2. Gluten Intolerance: Gluten intolerance is less understood by doctors than celiac disease and wheat allergies. Therefore, your doctor will only be able to diagnose you as gluten intolerant by ruling out celiac disease and wheat allergy by using the applicable tests.
3. Wheat Allergy: Much like other allergy tests, the doctor may use a skin prick test or blood test to identify if you have a wheat allergy. The doctor may also try eliminating gluten from your diet so that he or she can determine if there are any significant changes in your symptoms. An oral food challenge, a test in which an allergist will feed you suspect foods in measured doses, may also be conducted. This type of test should be done at a medical facility so that you are surrounded by the appropriate medications and equipment in case anaphylaxis occurs.
The most important thing to recognize is that while the symptoms of celiac disease, gluten intolerance, and wheat allergy can be very similar, they also have their unique differences. Therefore, it is extremely difficult to diagnose yourself and visiting your family doctor is highly recommended if you experience any of the symptoms listed above.
If you have been diagnosed with celiac disease, gluten intolerance, or wheat allergy, and you’re required to reduce or eliminate gluten from your diet, our Registered Dietitians can help recommend proper dietary choices for your specific needs.
It’s becoming more and more common to have problematic reactions after consuming foods that contain gluten. Gluten intolerance and coeliac disease are the most common diagnoses among those who have problems consuming gluten, which is a protein found in wheat, rye, barley and sometimes oats. It is important to note that gluten isn’t just exclusive to foods – it can also be found in vitamins, medicines, lip balms and (oddly enough) even lickable envelopes and stamps!
Difference between Gluten Intolerance and Coeliac Disease
Although coeliac disease and gluten intolerance are treated similarly, they’re not the same thing. Coeliac disease can cause permanent damage, while a Non-Coaliac Gluten Sensitivity (NCGS), or gluten intolerance, causes symptoms but only until it gets out of your system. Coeliac disease is an autoimmune condition triggered by consuming gluten. A gluten “intolerance” is just that: an intolerance of the body’s inability to handle gluten. You can read more about NCGS here
Symptomatic vs. Non-Symptomatic Patients
Although coeliac disease is a permanent disorder and the symptoms will vary from person to person, some people are asymptomatic. Being asymptomatic means the small intestine is still able to absorb enough nutrients to prevent symptoms from occurring however this does not always mean you are free from the complications that coeliac disease can cause.
Gluten intolerance and coeliac disease can contain a wide variety of symptoms. Common symptoms to watch out for typically include gastro-intestinal issues (gassiness, diarrhea, stomach pain, bloating, constipation and nausea), weight loss/gain, headaches and fatigue. Depression, irritability and behavioural changes may also occur. Children may actually appear as if they have malnutrition (which, technically, they do) and may have an extended belly.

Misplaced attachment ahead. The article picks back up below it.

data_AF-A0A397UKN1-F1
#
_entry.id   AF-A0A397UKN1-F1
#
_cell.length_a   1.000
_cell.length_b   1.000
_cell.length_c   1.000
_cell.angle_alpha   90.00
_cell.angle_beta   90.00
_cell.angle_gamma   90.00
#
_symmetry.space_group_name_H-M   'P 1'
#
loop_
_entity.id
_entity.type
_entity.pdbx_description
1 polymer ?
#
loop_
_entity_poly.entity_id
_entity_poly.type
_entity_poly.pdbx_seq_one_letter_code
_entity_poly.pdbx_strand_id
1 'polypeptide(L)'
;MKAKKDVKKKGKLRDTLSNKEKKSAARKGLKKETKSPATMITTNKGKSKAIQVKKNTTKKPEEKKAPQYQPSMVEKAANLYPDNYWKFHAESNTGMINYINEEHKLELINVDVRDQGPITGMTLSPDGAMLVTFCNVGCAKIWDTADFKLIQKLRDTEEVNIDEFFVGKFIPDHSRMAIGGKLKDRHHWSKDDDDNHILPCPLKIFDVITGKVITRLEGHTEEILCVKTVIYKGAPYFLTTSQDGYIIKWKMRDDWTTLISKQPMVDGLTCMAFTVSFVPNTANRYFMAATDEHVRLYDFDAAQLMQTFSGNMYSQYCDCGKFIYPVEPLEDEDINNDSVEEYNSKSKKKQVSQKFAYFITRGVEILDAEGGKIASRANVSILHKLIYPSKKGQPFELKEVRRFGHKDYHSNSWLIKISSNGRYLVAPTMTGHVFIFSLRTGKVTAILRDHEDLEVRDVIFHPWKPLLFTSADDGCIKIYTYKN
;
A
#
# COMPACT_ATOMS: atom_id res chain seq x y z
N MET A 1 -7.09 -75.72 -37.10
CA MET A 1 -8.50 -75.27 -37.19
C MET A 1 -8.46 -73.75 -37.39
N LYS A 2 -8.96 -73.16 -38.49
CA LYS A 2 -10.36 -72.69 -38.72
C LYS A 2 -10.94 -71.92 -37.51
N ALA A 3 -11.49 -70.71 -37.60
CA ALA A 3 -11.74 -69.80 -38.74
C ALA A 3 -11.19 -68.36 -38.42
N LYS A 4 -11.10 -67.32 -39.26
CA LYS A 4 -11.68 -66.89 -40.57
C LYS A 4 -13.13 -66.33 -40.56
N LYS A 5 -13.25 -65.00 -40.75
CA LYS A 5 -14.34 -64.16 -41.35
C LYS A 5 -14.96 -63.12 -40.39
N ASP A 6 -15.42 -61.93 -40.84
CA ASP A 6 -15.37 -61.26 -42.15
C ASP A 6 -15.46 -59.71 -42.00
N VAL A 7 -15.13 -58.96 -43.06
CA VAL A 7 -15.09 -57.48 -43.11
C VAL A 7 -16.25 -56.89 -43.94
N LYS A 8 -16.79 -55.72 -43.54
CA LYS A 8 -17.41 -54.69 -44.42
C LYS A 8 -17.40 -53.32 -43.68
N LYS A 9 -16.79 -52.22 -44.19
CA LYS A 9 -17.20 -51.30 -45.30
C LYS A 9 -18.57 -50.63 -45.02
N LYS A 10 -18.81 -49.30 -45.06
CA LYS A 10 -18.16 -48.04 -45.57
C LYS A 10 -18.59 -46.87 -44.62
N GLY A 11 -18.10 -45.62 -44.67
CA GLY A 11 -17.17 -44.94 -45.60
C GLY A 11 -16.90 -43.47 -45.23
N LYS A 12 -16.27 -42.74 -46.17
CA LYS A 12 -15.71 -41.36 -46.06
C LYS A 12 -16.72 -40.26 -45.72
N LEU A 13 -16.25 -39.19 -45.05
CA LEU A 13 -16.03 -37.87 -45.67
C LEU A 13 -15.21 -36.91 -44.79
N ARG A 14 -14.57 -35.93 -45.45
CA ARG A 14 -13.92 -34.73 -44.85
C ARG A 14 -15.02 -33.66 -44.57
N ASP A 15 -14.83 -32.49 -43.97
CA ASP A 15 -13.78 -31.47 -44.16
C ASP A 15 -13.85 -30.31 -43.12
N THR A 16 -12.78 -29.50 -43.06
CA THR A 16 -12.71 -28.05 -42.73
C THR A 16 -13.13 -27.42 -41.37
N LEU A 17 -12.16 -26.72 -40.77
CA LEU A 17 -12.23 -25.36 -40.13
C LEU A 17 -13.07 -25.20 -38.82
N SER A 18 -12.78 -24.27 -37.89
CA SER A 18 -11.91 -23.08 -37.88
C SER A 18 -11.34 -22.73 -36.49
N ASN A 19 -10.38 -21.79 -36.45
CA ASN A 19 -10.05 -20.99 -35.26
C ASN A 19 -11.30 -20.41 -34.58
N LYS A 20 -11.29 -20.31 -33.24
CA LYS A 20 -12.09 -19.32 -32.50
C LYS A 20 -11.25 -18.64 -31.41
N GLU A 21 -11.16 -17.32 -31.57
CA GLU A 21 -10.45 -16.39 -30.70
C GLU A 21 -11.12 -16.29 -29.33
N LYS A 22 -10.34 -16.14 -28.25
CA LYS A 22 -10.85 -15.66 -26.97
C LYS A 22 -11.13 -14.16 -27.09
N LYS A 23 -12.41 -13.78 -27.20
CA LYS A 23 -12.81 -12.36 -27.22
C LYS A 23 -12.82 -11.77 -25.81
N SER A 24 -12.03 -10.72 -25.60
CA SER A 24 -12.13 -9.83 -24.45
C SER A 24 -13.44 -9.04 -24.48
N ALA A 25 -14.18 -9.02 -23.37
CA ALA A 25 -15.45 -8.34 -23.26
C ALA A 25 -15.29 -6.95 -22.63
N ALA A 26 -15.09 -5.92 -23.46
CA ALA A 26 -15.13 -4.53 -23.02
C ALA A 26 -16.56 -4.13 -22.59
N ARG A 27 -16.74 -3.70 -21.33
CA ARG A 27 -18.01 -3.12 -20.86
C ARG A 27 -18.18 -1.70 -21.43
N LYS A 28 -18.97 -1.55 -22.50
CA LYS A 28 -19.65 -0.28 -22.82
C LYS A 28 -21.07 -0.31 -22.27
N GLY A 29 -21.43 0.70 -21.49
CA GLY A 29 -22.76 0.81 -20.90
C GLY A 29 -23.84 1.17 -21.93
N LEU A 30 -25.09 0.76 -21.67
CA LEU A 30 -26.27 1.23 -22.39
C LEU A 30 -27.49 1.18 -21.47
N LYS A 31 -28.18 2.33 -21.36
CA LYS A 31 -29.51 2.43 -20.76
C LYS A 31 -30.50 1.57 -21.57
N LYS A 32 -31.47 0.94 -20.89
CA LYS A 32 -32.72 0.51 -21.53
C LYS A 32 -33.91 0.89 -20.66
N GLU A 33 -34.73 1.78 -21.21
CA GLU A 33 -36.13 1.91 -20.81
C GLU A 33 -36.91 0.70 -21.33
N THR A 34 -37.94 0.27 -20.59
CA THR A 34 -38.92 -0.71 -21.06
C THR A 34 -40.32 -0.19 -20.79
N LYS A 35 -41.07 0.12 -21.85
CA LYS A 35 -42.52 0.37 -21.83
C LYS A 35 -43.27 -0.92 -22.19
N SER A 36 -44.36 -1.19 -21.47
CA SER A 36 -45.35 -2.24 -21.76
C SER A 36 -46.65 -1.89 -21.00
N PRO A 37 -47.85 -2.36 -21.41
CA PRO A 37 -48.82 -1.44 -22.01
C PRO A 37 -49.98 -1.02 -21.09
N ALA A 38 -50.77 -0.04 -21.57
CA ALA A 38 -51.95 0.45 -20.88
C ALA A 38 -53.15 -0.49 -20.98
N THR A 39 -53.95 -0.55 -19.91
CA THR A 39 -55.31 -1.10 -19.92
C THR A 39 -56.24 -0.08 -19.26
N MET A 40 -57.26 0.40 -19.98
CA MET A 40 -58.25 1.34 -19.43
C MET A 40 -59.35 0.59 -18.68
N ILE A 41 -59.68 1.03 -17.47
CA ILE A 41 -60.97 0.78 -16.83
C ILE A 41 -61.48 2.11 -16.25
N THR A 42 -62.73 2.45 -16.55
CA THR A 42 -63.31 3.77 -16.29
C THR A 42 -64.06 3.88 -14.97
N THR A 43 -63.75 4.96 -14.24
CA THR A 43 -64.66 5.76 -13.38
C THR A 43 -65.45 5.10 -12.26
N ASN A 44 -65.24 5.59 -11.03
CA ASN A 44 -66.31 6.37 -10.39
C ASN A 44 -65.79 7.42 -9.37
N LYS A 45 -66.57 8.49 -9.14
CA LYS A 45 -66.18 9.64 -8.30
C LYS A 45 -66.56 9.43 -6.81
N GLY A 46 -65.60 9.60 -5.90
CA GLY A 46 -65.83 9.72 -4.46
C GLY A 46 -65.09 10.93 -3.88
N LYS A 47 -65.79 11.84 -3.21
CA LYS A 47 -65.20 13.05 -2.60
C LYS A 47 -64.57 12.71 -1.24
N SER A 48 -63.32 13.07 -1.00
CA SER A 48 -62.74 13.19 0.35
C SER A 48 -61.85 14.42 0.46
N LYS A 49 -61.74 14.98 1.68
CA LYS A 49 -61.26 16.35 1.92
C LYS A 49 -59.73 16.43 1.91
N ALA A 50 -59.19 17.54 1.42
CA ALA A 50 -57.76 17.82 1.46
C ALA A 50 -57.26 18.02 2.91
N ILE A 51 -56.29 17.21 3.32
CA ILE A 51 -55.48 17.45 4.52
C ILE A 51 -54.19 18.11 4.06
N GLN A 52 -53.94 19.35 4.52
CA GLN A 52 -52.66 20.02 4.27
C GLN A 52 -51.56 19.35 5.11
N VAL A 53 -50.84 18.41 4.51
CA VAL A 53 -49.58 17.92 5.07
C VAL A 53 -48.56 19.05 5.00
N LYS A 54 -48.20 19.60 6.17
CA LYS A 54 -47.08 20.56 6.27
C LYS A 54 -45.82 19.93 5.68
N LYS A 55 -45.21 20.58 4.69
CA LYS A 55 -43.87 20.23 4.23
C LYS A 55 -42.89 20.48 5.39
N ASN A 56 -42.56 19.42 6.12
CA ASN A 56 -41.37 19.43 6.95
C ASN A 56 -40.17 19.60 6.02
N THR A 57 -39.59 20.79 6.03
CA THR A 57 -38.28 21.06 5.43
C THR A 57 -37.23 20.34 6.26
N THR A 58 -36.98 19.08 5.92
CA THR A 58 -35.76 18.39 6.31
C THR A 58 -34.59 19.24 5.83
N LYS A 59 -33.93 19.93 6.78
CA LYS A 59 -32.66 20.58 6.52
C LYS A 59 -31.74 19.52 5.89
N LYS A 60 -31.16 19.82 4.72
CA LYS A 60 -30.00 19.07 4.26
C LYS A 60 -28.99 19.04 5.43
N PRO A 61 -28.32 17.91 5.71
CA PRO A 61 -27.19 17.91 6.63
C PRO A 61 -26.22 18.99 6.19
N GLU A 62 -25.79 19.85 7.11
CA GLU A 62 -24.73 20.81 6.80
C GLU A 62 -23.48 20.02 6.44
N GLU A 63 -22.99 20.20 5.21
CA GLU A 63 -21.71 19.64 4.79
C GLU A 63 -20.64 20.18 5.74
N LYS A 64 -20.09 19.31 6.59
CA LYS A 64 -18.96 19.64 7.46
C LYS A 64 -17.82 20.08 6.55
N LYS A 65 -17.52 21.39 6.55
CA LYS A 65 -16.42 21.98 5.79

It used to be more difficult (and it still can be) to diagnose coeliac disease and gluten intolerance since symptoms are very similar to other illnesses, like Irritable Bowel Syndrome, Crohn’s Disease and Chronic Fatigue Syndrome. Fortunately, tests can be done to rule out or determine if you’re suffering from coeliac disease. Common tests include blood tests that screen certain raised auto-antibodies, as well as a small intestinal biopsy. It is extremely important to continue eating gluten until you are tested since it is the presence of gluten that raises these auto-antibodies in the blood. Coeliac disease is hereditary and if one person is diagnosed, the whole family should be checked.
ImuPro does not test for coeliac disease, rather Non-Coaliac Gluten Sensitivity which is an IgG-mediated gluten intolerance. If coeliac disease has been ruled out, but you still feel that gluten affects you, it is likely you just have NCGS.
The only way to treat coeliac disease and gluten intolerance is by making a lifestyle change of eliminating gluten from your diet. Although a gluten-free lifestyle can be challenging and a little more difficult financially, it is essential to avoiding further damage caused by coeliac disease and those uncomfortable symptoms of gluten intolerance.
If coeliac disease is left untreated, it can cause severe damage to the lining of your intestinal wall leading to more severe problems like malnutrition, nutritional deficiencies and dehydration. If you do not cut gluten from your diet, or catch it in time, it can further progress causing damage to your major organs, which can lead to problems like iron deficient anemia and even cancer.
While the symptoms of gluten sensitivity or non coeliac gluten sensitivity can often be similar to that of undiagnosed coeliac disease, the two conditions are different.
The symptoms of non coeliac gluten sensitivity may be similar to those experienced by people with coeliac disease, but it is not clear how the immune system might be involved and there does not appear to be damage to the lining of the gut.